For example, Erway mentions how chili sauce with Sichuan peppercorns didn’t become popular in Taiwan until the Chinese came in the mid-1990s, Hakka influences on pork belly buns and the Hokkien origins of oyster omelets (蚵仔煎). There are purely Taiwanese inventions — such as coffin bread (棺材板), that make use of foreign ingredients such as white bread. She discusses how beef noodle soup is believed to have originated in military dependants villages (眷村) and the Aboriginal practice of steaming sticky rice in bamboo logs. We start to see why it is so hard to define Taiwanese cuisine, or culture, as a whole.
In between entries, Erway continues her exploration with entries such as an overview of the country’s night market culture and post-1949 Chinese influences on local cuisine as well as musings on the definition and appeal of the texture Taiwanese refer to as “Q” (“springy and bouncy”) and why stinky tofu is unsuitable to make in a home kitchen. Unfortunately, due to the organization of the book, these entries may be easy to overlook if one is simply looking for recipes and not flipping through the book in its entirety.
Overall, despite its billing as a cookbook, The Food of Taiwan never becomes a pure list of recipes, and readers will learn about the author’s connections and feelings toward her maternal homeland and gain a deeper understanding of what makes Taiwan what it is.
If you just want to use it as a cookbook, though, it’s still a wonderful resource.
The Food of Taiwan: Recipes from the Beautiful Island
By Cathy Erway, photography by Pete Lee
Houghton Mifflin Harcourt
Aug 15 to Aug 21 Within hours, a minor traffic dispute between two taxi drivers had escalated into a full-out street brawl involving hundreds of combatants. Armed with metal bats, car locks and even tear gas, the midnight battle on Aug. 17, 1995 between Chuan Ming (全民) and Beiqu (北區) taxi drivers associations lasted for over four hours at the roundabout on Tingzhou Road (汀州路) in Taipei. Scattered clashes also broke out in other areas of the capital, as well as in what is today’s New Taipei City. The crowd dispersed around 4:30am, but peace lasted only a few hours. Around 7am, about
It’s baking hot in New York, which can only mean one thing for the city’s small mammal population: it’s splooting season. This week, with temperatures reaching 35 degrees Celsius, the city’s parks department urged residents not to worry about the health of squirrels seen sprawling on the ground, legs extended behind them like a person whose arms gave out halfway through a yoga class. “On hot days, squirrels keep cool by splooting (stretching out) on cool surfaces to reduce body heat,” the department tweeted. Perhaps even more remarkable than the phenomenon itself was the word the government agency used. Splooting? Is that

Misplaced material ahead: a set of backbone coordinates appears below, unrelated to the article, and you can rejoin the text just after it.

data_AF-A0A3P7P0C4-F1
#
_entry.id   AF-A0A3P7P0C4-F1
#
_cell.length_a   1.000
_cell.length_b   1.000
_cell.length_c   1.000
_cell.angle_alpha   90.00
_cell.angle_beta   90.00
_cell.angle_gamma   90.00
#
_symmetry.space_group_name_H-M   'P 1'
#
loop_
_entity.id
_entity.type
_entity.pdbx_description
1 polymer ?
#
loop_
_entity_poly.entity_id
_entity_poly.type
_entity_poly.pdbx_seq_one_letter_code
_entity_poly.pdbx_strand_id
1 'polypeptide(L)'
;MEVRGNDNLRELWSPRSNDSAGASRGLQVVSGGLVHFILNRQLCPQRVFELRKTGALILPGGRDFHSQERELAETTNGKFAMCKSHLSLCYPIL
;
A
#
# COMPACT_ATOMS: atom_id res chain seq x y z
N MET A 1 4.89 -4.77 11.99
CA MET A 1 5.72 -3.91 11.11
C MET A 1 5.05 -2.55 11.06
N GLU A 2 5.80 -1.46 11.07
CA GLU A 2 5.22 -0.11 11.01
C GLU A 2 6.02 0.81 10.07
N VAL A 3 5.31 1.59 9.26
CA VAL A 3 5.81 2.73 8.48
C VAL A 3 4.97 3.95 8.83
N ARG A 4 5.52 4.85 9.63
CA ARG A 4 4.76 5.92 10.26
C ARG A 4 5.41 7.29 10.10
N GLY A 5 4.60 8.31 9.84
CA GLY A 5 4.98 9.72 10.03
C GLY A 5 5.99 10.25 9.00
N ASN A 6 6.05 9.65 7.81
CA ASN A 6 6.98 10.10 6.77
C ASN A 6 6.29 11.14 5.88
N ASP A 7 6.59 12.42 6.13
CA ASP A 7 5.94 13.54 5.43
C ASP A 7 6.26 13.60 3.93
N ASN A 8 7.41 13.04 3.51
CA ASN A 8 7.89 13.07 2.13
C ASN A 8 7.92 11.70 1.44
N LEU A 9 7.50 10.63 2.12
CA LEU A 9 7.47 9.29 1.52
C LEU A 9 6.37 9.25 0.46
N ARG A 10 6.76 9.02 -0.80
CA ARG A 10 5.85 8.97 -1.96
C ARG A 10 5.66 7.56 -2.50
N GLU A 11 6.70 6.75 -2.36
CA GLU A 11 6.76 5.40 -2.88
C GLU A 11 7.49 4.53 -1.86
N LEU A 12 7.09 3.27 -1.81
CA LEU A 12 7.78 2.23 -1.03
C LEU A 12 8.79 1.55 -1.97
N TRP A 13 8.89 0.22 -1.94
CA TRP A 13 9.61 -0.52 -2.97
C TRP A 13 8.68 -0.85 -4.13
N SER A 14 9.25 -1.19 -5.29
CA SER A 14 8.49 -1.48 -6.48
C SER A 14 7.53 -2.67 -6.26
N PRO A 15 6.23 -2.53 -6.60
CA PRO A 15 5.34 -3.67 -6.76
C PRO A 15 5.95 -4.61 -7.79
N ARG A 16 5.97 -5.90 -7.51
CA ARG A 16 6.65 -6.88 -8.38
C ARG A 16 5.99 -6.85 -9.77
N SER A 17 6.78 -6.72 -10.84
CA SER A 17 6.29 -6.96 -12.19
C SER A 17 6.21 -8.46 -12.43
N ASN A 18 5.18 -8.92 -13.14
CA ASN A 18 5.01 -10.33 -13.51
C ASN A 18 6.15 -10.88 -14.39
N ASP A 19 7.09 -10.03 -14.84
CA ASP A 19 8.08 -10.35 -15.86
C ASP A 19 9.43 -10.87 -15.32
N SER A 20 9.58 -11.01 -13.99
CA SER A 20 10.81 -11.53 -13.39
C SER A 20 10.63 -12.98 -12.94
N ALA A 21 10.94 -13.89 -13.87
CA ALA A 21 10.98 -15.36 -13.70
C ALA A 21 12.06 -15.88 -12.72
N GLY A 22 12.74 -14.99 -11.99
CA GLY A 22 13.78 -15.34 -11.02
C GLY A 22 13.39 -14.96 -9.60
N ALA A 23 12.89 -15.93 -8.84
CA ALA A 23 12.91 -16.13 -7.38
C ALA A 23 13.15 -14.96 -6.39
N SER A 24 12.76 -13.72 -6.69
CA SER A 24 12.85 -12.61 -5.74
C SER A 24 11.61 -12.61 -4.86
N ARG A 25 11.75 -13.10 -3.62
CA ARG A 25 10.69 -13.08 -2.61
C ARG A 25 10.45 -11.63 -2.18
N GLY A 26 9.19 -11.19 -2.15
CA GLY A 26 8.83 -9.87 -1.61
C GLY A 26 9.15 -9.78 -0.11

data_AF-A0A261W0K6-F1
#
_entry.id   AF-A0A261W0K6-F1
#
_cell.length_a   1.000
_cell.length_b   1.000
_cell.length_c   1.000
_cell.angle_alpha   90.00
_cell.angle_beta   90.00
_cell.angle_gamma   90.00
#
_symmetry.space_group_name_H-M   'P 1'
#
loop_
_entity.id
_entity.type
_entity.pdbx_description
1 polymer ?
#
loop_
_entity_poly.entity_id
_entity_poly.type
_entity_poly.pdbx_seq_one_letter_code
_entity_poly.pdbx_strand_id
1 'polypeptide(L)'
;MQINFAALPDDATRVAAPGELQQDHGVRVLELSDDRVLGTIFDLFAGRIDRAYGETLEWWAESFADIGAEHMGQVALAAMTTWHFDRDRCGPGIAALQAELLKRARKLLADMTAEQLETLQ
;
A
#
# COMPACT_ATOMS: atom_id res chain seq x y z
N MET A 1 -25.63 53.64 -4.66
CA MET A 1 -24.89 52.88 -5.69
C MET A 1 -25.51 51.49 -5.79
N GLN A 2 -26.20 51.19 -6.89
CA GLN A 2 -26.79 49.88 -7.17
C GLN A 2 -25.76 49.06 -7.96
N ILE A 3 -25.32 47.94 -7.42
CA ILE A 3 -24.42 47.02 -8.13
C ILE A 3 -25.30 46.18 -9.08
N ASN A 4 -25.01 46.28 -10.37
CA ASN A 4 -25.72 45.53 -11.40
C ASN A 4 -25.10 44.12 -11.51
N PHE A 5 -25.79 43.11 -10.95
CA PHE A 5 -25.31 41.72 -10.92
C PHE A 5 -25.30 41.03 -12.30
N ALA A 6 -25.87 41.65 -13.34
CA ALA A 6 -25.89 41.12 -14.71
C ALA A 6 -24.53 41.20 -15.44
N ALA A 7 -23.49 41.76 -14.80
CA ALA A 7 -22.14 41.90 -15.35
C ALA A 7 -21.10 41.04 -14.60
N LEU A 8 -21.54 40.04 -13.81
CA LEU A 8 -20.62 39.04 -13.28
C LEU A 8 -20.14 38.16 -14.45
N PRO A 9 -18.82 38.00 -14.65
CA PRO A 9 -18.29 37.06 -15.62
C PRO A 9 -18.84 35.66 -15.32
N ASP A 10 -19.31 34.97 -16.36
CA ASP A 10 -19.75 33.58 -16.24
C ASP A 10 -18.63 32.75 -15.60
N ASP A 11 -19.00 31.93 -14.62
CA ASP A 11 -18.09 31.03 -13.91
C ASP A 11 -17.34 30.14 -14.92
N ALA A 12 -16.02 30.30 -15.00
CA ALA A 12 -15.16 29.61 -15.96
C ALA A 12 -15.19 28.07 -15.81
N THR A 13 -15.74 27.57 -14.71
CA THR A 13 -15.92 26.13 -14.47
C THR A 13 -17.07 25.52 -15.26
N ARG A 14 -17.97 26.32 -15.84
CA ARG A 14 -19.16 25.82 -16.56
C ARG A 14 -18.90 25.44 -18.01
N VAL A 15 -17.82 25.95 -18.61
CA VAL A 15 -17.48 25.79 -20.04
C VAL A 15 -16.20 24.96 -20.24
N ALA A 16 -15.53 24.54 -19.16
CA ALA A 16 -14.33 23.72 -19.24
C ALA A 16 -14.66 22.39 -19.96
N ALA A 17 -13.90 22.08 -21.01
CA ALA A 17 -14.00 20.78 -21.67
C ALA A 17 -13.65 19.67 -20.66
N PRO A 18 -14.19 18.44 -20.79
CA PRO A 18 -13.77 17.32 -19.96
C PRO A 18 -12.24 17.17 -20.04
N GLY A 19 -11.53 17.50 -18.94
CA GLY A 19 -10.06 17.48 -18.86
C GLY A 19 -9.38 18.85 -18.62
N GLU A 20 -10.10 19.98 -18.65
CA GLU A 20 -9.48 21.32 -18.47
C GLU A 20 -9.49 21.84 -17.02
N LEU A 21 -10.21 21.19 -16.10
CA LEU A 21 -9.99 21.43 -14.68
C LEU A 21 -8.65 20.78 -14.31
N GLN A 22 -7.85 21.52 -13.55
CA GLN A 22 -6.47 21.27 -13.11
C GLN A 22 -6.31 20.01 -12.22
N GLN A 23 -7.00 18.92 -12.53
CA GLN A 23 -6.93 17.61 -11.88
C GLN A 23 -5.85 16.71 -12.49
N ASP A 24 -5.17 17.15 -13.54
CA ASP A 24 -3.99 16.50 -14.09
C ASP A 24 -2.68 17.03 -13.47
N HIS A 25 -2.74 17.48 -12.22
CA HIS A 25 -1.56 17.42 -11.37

Demand for Taiwanese migrant workers in Singapore is booming: there are more than a thousand jobs on many Web sites, with advertisements for cabin crew, executive assistants, engineers, credit analysts, even auto mechanics, all at far more than they could earn in Taiwan. Most of us think of Taiwan as place that absorbs migrant workers, but we are also a place that is increasingly sending them out. This has important ramifications for the future of Taiwan. Last week, the government issued another one of its periodic warnings that certain overseas employers are actually enslaving Taiwanese into conducting Internet and phone scams,
When Zuo tested positive for COVID-19 while working as a cleaner in one of Shanghai’s largest quarantine centers, she hoped it wouldn’t be long before she could pick up the mop and start earning again. But four months on, she is still fighting to get her job back — one of scores of recovering COVID patients facing what labor rights activists and health experts say is a widespread form of discrimination in zero-COVID China. Using snap lockdowns and mass testing, China is the last major economy still pursuing the goal of stamping out the virus completely. Those who test positive, as well